Families are waiting to find out whether their children will be removed. People in jail are waiting to find out whether they’ll be found guilty of a crime. Couples are waiting to find out when they’ll be reunited.
COVID-19 has caused a huge backlog in hospitals, courts and government departments, and it’s estimated it will take more than a year for some to clear. Crikey breaks down some of the biggest delays.
Anti-corruption and royal commissions
The legislation was ready to go before the pandemic, but introducing a federal anti-corruption body to parliament has taken 11 months. The framework was finally detailed this week.
Meanwhile, the Royal Commission into Aged Care Quality and Safety will deliver its final report in February, three months later than scheduled. The Royal Commission into Violence, Abuse, Neglect and Exploitation of People with Disability has asked for an extension until September 2023.
The Federal Circuit Court, which hears most family law disputes, has a massive backlog of cases with lists overloaded because of limited face-to-face hearings and retired judges not being replaced.
This has led to delays in decisions about child removal, family contact, placement and reunification. Some parents have been told their cases will be heard before Christmas only if they fall into the most urgent categories, including child safety and homelessness.
Jury trials have also been affected. In Victoria, the trials of up to 1000 accused people have been delayed. They are expected to start again from mid-November with virtually selected jurors and social distancing.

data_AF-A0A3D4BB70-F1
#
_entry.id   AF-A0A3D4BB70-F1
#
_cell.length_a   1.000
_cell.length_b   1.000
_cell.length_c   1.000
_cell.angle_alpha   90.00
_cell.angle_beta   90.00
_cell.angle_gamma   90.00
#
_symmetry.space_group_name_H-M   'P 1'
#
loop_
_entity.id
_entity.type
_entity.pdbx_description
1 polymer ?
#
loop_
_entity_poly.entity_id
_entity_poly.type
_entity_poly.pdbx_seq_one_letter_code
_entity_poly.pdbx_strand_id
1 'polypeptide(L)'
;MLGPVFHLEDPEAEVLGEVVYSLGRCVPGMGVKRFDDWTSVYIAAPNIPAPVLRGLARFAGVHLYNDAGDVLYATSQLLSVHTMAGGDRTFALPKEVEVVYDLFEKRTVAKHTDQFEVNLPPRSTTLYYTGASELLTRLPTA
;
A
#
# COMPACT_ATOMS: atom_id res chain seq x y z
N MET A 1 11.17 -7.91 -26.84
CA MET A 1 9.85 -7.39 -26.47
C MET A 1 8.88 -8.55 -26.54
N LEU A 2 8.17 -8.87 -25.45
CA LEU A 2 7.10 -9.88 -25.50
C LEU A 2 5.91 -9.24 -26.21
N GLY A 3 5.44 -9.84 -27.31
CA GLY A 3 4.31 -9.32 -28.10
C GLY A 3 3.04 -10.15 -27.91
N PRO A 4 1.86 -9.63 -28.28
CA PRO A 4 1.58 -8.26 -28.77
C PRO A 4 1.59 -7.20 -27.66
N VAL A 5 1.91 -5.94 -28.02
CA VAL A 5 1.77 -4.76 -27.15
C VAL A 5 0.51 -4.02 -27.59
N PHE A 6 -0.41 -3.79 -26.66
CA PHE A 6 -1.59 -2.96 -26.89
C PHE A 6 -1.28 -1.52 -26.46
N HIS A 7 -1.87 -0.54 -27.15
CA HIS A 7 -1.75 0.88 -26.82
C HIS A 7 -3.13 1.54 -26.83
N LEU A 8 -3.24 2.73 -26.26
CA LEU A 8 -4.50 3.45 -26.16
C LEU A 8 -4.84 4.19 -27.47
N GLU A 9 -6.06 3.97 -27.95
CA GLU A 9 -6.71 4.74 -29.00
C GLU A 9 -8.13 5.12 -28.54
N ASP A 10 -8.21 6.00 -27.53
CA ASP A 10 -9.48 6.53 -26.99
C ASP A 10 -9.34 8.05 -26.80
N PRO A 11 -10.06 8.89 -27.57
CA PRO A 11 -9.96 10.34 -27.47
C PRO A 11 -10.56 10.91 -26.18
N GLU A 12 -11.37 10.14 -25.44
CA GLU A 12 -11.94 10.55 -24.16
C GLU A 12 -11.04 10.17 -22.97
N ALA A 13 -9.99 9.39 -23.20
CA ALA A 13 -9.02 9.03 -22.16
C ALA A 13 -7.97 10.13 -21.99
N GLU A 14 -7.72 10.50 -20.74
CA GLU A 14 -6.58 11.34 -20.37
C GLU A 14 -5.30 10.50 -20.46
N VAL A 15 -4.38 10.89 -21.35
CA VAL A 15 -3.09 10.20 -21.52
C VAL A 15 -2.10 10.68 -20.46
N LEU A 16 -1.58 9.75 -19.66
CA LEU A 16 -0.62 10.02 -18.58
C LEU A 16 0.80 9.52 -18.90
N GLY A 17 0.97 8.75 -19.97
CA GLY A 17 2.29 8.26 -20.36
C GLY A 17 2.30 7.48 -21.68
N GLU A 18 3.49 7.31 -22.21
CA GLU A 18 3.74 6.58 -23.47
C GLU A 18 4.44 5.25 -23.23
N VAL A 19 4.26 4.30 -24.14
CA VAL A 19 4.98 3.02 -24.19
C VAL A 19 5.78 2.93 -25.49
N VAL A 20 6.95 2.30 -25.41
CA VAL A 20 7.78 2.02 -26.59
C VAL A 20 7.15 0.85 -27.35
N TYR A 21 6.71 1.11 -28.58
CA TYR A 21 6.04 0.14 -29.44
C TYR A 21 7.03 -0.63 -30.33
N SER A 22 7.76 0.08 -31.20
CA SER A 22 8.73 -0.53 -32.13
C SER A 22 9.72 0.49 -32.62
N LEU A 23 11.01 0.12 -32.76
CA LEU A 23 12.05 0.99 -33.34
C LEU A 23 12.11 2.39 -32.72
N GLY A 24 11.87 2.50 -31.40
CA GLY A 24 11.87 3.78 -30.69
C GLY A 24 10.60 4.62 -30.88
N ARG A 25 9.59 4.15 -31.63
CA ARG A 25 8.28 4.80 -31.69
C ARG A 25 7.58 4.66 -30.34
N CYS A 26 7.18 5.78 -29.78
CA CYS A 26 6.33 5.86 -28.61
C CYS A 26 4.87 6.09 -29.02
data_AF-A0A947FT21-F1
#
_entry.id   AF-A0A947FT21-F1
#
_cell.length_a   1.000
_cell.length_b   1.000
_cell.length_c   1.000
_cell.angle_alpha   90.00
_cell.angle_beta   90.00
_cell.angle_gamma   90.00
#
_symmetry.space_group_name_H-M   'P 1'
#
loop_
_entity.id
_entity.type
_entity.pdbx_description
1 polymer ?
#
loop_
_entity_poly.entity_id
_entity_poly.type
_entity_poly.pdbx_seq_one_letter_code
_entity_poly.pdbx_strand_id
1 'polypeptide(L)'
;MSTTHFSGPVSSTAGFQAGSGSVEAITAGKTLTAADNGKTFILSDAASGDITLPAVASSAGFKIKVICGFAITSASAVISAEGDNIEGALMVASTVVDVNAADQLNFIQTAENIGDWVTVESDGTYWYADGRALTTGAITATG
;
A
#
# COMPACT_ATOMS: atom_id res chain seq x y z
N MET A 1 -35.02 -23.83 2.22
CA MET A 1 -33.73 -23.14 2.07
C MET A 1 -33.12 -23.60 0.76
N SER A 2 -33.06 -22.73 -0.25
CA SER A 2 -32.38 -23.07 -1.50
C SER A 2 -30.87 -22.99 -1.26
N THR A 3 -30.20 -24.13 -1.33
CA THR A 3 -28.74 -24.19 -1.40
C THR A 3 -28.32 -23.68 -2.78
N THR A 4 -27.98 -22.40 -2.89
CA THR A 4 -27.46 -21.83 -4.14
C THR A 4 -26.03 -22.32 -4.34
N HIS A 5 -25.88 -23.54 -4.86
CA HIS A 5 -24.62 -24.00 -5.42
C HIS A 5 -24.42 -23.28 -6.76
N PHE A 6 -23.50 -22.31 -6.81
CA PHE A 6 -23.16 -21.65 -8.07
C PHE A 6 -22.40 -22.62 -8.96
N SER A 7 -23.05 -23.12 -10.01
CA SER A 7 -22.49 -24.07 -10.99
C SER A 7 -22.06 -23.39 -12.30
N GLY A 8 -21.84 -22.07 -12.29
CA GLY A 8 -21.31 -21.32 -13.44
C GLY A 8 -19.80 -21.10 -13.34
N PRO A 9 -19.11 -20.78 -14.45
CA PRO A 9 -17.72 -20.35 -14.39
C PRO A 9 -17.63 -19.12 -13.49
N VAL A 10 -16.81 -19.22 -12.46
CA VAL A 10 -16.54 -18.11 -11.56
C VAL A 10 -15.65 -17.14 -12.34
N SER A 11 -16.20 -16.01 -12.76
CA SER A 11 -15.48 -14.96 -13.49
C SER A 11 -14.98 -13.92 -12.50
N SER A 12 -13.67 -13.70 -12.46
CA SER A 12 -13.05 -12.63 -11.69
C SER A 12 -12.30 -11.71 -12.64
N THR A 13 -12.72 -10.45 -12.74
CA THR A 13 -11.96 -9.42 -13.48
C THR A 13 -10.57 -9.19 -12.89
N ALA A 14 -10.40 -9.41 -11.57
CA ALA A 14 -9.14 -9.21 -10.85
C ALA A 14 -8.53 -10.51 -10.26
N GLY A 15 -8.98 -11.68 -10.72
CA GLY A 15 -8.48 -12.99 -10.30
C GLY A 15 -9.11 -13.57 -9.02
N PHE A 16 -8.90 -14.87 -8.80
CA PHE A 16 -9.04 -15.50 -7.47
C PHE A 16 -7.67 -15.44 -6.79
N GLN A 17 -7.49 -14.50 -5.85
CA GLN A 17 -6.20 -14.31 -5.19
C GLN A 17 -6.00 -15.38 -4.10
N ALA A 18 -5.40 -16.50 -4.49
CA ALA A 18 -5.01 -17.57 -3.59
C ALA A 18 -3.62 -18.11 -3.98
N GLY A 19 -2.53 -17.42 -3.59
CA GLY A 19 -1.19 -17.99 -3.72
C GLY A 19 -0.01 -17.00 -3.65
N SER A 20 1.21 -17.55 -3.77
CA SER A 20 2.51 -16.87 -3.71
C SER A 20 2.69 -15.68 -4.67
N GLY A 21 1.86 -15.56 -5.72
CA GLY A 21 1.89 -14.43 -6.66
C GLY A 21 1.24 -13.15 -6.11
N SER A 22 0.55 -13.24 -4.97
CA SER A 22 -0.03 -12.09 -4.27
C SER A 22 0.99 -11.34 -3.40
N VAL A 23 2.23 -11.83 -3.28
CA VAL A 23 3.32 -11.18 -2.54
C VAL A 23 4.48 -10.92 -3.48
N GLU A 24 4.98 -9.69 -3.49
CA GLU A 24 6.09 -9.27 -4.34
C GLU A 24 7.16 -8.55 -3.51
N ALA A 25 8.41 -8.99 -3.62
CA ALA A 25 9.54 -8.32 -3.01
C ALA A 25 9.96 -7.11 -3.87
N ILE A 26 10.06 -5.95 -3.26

NSW had a three-month freeze on jury trials — criminal trials restarted in June. Judges estimated it would take about a year to get their caseload back under control.
Visa applications have been delayed as the Department of Home Affairs struggles to get supplementary information such as health and character checks from international departments.
By September 30 it had 163,874 applications for Australian citizenship.
Partner, student and skilled nominated visas have been worst affected. Nearly 100,000 Australians are in the queue for partner visa grants, which generally take two years to process.
The National Health and Medical Research Centre (NHMRC) has delayed several grants for clinical trials and studies after the pandemic due to increased workload on researchers and healthcare workers.
The results of a government study on per- and poly-fluoroalkyl substances (PFAS) has also been delayed until mid next year. There are concerns the chemicals — which are used in some fire fighting foams and are found in products used in the metal plating industry, aviation and photography — are toxic, carcinogenic and don’t break down when released into the environment. The results of the study were supposed to be released by the end of 2020.
Breast cancer screening tests dropped significantly from March to June. Between January and June, there were more than 145,000 fewer screening mammograms conducted by BreastScreen Australia than that same period in 2018.
BreastScreen Australia operates in specialised facilities and suspended its services from late March to early May because of COVID restrictions.
Elective surgeries were one of the first things to be suspended in every state as governments prepared for a potential influx of coronavirus patients.